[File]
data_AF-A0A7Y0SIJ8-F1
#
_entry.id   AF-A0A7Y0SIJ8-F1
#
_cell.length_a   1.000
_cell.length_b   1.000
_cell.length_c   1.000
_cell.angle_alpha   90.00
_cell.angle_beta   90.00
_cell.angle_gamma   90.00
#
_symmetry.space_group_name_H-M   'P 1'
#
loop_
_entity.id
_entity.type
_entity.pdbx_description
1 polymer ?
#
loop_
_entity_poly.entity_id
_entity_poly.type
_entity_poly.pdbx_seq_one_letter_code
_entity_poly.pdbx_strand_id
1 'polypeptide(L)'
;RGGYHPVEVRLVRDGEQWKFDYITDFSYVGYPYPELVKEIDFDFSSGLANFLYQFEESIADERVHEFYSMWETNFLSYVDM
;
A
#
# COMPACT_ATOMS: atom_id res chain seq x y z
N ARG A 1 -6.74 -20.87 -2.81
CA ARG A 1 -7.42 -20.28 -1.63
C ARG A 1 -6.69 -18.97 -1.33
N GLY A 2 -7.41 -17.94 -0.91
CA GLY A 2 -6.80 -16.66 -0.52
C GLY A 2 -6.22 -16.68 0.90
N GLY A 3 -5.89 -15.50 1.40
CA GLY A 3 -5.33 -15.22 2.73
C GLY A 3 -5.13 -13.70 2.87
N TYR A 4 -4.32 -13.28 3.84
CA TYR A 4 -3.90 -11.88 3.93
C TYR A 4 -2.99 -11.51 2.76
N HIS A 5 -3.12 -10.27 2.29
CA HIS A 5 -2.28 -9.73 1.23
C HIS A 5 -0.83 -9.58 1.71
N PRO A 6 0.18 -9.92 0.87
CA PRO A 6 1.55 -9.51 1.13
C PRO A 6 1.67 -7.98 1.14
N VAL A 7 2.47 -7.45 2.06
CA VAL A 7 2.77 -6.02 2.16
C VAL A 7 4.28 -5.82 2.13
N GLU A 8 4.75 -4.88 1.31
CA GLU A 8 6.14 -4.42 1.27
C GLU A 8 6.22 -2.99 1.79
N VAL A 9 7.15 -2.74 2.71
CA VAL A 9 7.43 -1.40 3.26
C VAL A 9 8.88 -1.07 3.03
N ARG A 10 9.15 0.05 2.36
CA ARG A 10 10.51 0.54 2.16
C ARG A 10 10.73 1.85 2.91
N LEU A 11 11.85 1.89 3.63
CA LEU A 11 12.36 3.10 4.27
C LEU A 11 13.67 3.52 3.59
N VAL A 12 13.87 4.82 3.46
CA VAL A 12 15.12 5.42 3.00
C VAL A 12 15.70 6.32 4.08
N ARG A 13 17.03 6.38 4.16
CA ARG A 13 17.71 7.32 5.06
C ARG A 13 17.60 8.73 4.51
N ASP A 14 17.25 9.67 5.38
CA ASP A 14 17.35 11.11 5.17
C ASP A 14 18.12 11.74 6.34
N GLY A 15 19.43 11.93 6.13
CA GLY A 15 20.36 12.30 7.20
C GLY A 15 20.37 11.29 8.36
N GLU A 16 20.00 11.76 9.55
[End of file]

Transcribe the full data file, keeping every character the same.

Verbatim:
data_AF-A0A7Y0SIJ8-F1
#
_entry.id   AF-A0A7Y0SIJ8-F1
#
_cell.length_a   1.000
_cell.length_b   1.000
_cell.length_c   1.000
_cell.angle_alpha   90.00
_cell.angle_beta   90.00
_cell.angle_gamma   90.00
#
_symmetry.space_group_name_H-M   'P 1'
#
loop_
_entity.id
_entity.type
_entity.pdbx_description
1 polymer ?
#
loop_
_entity_poly.entity_id
_entity_poly.type
_entity_poly.pdbx_seq_one_letter_code
_entity_poly.pdbx_strand_id
1 'polypeptide(L)'
;RGGYHPVEVRLVRDGEQWKFDYITDFSYVGYPYPELVKEIDFDFSSGLANFLYQFEESIADERVHEFYSMWETNFLSYVDM
;
A
#
# COMPACT_ATOMS: atom_id res chain seq x y z
N ARG A 1 -6.74 -20.87 -2.81
CA ARG A 1 -7.42 -20.28 -1.63
C ARG A 1 -6.69 -18.97 -1.33
N GLY A 2 -7.41 -17.94 -0.91
CA GLY A 2 -6.80 -16.66 -0.52
C GLY A 2 -6.22 -16.68 0.90
N GLY A 3 -5.89 -15.50 1.40
CA GLY A 3 -5.33 -15.22 2.73
C GLY A 3 -5.13 -13.70 2.87
N TYR A 4 -4.32 -13.28 3.84
CA TYR A 4 -3.90 -11.88 3.93
C TYR A 4 -2.99 -11.51 2.76
N HIS A 5 -3.12 -10.27 2.29
CA HIS A 5 -2.28 -9.73 1.23
C HIS A 5 -0.83 -9.58 1.71
N PRO A 6 0.18 -9.92 0.87
CA PRO A 6 1.55 -9.51 1.13
C PRO A 6 1.67 -7.98 1.14
N VAL A 7 2.47 -7.45 2.06
CA VAL A 7 2.77 -6.02 2.16
C VAL A 7 4.28 -5.82 2.13
N GLU A 8 4.75 -4.88 1.31
CA GLU A 8 6.14 -4.42 1.27
C GLU A 8 6.22 -2.99 1.79
N VAL A 9 7.15 -2.74 2.71
CA VAL A 9 7.43 -1.40 3.26
C VAL A 9 8.88 -1.07 3.03
N ARG A 10 9.15 0.05 2.36
CA ARG A 10 10.51 0.54 2.16
C ARG A 10 10.73 1.85 2.91
N LEU A 11 11.85 1.89 3.63
CA LEU A 11 12.36 3.10 4.27
C LEU A 11 13.67 3.52 3.59
N VAL A 12 13.87 4.82 3.46
CA VAL A 12 15.12 5.42 3.00
C VAL A 12 15.70 6.32 4.08
N ARG A 13 17.03 6.38 4.16
CA ARG A 13 17.71 7.32 5.06
C ARG A 13 17.60 8.73 4.51
N ASP A 14 17.25 9.67 5.38
CA ASP A 14 17.35 11.11 5.17
C ASP A 14 18.12 11.74 6.34
N GLY A 15 19.43 11.93 6.13
CA GLY A 15 20.36 12.30 7.20
C GLY A 15 20.37 11.29 8.36
N GLU A 16 20.00 11.76 9.55